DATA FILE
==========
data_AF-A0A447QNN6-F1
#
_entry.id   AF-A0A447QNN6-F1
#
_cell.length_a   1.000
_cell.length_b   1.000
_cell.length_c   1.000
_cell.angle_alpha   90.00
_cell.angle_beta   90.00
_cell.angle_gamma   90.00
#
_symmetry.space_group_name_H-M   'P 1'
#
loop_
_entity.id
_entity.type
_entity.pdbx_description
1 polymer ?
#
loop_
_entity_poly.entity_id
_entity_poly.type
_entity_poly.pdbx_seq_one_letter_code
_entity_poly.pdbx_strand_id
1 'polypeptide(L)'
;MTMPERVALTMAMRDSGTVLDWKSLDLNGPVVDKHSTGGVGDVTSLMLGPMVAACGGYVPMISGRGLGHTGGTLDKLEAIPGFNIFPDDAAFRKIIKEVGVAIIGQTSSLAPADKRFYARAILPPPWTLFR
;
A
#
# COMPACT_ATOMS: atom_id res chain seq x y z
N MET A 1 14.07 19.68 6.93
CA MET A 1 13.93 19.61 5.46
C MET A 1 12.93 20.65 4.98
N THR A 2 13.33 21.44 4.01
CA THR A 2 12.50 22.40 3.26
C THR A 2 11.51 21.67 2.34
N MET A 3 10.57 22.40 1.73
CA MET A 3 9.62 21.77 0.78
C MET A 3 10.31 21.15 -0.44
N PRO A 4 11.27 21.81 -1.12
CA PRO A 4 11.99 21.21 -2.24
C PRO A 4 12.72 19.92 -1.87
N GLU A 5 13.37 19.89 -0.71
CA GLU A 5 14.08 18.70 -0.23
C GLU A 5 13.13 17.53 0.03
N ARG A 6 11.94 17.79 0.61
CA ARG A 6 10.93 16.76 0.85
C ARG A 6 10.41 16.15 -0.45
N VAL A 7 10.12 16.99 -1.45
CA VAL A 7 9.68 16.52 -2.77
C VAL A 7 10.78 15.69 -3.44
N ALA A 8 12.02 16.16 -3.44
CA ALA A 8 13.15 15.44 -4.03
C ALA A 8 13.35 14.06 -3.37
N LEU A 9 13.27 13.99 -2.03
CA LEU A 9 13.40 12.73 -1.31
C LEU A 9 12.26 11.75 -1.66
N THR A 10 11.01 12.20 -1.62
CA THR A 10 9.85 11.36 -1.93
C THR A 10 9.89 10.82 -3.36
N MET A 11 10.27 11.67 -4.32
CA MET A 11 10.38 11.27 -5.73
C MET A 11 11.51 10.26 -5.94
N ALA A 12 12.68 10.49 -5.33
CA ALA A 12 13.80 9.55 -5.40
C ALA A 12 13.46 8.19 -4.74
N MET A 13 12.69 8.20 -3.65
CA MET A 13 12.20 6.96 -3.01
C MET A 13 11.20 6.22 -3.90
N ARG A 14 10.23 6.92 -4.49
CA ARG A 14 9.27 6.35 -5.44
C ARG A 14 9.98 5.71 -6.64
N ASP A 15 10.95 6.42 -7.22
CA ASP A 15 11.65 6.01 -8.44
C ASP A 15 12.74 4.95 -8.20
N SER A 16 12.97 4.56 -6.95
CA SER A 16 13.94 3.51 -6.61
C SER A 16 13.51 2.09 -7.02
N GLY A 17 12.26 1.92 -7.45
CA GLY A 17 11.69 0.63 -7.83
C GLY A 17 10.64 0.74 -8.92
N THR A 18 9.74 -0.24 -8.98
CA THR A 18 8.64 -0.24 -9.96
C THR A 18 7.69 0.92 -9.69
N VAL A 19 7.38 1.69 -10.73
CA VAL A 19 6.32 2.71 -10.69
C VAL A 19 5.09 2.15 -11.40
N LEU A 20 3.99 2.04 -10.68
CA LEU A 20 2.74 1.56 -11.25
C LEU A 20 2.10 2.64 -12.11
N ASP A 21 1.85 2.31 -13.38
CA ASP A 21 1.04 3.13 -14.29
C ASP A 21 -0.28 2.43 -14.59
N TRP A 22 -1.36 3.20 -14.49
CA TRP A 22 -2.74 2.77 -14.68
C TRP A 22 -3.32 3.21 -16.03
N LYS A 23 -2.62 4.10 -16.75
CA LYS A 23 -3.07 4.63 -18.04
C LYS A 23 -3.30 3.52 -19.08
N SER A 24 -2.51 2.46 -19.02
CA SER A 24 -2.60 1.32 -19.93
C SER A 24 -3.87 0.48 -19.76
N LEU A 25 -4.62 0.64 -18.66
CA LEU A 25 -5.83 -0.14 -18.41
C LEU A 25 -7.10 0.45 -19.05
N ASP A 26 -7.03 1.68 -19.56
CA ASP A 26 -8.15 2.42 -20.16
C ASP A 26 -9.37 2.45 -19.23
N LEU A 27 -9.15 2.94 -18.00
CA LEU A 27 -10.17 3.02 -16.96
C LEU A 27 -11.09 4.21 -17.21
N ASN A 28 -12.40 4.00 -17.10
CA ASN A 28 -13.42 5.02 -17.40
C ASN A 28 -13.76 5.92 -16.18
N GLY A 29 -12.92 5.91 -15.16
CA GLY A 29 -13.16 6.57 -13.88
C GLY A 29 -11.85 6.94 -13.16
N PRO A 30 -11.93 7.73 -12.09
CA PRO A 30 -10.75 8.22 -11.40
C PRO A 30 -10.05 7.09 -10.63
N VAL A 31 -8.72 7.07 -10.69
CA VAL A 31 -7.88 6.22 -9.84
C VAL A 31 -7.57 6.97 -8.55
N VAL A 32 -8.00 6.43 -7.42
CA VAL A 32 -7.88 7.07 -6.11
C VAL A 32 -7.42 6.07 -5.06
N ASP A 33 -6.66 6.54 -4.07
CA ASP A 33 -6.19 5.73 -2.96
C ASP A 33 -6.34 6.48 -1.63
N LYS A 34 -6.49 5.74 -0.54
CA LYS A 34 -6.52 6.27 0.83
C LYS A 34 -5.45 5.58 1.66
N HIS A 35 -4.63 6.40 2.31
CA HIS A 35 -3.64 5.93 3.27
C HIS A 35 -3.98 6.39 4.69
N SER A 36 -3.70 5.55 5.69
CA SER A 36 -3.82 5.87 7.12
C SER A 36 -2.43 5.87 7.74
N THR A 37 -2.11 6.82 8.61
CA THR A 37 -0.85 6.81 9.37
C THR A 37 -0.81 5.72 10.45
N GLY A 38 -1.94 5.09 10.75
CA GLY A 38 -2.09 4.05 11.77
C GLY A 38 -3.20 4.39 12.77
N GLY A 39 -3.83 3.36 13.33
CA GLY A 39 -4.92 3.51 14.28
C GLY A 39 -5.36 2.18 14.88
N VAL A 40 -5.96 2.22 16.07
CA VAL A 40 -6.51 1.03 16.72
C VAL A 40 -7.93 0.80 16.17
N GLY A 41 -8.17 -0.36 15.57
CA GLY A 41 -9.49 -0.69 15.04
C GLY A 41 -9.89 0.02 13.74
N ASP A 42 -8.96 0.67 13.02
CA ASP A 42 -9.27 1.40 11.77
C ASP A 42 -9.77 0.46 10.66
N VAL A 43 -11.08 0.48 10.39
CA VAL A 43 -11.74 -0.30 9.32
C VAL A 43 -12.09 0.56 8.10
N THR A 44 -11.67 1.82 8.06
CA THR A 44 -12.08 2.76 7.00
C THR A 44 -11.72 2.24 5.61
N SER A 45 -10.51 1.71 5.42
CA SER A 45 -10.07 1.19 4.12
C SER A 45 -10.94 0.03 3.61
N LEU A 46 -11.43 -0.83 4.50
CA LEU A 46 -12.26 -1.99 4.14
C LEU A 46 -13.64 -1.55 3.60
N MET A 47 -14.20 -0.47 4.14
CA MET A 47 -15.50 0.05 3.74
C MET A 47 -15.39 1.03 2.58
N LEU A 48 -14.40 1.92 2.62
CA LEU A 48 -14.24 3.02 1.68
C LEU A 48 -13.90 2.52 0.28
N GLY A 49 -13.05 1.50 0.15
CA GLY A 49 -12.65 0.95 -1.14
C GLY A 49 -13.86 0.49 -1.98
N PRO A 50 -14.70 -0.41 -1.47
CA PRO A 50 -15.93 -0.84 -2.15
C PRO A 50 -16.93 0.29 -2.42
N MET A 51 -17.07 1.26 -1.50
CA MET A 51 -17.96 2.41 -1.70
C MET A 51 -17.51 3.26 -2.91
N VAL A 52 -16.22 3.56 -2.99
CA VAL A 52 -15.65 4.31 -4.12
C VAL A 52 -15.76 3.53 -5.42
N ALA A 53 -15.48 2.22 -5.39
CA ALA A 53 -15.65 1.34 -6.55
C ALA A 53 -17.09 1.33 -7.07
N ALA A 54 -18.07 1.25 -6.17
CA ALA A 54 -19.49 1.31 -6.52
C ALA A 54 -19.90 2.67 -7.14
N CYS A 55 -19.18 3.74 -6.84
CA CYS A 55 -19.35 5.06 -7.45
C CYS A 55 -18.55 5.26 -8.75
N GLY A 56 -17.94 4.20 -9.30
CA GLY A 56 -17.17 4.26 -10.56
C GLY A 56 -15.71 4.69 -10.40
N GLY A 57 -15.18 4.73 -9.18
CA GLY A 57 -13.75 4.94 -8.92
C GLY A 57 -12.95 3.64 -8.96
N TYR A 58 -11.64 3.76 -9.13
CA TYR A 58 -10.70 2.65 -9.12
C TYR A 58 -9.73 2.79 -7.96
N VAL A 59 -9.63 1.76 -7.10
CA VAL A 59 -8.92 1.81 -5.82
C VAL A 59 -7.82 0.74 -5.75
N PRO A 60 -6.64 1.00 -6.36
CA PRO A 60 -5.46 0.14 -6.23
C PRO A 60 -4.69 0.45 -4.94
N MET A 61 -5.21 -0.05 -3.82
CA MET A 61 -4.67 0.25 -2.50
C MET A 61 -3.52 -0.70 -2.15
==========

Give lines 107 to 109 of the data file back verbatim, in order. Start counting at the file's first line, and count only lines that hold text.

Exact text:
CA ASP A 26 -8.15 2.42 -20.16
C ASP A 26 -9.37 2.45 -19.23
N LEU A 27 -9.15 2.94 -18.00